Login processing...

Trial ends in Request Full Access Tell Your Colleague About Jove

7.15: Power Expended by a Constant Force

JoVE Core

A subscription to JoVE is required to view this content. Sign in or start your free trial.

Power Expended by a Constant Force

7.15: Power Expended by a Constant Force

The relationship between work done and the time taken to do it can be explained using the concept of power. For example, several sprinters in a race may have the same velocity when they reach the finish line, therefore doing the same amount of work, but the winner does it in the least amount of time. Thus, power is defined as the rate of doing work. Since work can vary as a function of time, the average power is defined as the work done during a time interval, divided by the time interval. Average power is called instantaneous power when the time interval is close to zero.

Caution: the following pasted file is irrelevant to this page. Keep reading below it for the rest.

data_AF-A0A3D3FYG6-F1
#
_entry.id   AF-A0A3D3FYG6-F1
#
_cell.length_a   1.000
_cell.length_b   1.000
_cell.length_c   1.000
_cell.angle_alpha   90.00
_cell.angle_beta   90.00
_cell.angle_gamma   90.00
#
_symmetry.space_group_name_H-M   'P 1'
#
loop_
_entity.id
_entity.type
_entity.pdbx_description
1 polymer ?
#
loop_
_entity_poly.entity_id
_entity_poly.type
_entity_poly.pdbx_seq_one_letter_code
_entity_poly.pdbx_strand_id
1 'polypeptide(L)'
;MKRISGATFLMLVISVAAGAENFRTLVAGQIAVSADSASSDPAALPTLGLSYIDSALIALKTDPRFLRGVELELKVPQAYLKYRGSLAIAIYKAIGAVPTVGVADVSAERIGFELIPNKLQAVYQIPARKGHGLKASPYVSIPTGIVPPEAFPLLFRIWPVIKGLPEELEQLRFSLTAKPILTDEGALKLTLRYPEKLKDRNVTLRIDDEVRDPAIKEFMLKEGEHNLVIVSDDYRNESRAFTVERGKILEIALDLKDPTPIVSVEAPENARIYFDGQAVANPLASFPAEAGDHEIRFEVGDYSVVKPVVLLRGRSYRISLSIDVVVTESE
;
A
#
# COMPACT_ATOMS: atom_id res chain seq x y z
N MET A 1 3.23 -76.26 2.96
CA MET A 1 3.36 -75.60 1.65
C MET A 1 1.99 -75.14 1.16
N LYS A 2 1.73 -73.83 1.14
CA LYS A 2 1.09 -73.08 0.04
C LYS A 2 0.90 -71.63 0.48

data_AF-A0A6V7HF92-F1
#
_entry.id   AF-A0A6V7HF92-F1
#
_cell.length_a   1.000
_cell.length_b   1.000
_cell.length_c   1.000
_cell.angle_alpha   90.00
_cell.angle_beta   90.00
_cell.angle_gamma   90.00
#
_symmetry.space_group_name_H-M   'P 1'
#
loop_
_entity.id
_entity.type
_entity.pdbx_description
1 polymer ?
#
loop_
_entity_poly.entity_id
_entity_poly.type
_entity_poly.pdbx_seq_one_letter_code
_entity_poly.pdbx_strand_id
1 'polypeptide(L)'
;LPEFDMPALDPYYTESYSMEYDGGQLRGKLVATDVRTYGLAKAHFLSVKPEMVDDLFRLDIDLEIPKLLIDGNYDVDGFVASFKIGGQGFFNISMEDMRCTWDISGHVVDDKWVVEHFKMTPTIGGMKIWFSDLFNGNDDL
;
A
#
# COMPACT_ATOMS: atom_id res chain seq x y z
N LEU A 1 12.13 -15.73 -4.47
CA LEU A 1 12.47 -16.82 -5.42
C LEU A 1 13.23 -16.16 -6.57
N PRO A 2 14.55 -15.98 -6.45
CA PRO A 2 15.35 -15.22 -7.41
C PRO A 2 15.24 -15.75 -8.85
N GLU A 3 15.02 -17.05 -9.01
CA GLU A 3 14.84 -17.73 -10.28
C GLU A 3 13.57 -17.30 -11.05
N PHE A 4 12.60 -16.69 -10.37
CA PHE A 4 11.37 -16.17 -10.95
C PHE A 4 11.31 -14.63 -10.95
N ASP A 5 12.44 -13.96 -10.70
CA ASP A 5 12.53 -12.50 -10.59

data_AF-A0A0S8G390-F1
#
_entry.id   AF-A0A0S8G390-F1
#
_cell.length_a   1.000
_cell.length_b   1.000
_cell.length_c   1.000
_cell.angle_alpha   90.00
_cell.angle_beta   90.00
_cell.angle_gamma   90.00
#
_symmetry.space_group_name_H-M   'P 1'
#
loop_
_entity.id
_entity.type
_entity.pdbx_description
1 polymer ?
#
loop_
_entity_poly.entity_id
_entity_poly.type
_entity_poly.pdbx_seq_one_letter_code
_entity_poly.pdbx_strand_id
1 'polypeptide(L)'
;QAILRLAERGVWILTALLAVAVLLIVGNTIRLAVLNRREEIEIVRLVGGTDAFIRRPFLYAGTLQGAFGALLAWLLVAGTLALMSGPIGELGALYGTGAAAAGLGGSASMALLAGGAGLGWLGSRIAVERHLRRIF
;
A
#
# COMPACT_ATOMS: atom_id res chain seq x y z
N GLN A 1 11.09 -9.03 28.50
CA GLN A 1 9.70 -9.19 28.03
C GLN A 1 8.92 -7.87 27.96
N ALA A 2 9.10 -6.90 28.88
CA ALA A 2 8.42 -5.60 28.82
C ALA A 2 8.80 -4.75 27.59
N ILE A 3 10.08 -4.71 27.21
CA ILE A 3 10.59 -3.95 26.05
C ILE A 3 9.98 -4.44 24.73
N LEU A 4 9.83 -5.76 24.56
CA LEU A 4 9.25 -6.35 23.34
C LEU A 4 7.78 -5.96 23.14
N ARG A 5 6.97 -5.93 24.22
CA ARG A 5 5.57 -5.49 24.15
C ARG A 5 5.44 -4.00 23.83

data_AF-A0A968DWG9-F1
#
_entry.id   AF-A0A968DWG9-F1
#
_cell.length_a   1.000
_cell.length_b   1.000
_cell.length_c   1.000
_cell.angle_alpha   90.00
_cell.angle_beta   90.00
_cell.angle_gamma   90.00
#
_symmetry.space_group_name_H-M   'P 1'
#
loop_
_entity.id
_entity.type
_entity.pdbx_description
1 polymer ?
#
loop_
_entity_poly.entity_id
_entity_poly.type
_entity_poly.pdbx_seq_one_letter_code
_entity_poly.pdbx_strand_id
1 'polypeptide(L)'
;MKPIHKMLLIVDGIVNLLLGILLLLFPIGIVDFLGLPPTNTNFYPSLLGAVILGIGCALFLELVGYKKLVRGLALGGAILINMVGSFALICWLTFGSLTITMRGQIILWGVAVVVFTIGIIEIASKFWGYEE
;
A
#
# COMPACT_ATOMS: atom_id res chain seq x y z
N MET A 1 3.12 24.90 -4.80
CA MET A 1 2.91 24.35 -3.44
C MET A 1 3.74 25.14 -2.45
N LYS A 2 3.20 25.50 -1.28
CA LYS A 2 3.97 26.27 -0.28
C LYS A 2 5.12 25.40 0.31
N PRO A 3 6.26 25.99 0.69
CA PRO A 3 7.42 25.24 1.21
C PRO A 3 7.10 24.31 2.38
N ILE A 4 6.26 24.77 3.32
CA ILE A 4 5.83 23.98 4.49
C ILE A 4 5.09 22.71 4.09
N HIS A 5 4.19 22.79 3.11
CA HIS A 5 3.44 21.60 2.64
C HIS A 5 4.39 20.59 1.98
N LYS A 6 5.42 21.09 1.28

The power involved in moving a body can also be expressed in terms of the forces acting on it. If a force F acts on a body that is displaced ds in a time dt, the power expended by the force is


where v is the velocity of the body. The fact that the limits implied by the derivatives exist for the motion of a real body justifies the rearrangement of the infinitesimals.

This text is adapted from Openstax, University Physics Volume 1, Section 7.4: Power.


Power Constant Force Work Done Time Taken Velocity Rate Of Doing Work Average Power Instantaneous Power Forces Displacement Velocity Of The Body

Get cutting-edge science videos from JoVE sent straight to your inbox every month.

Waiting X
Simple Hit Counter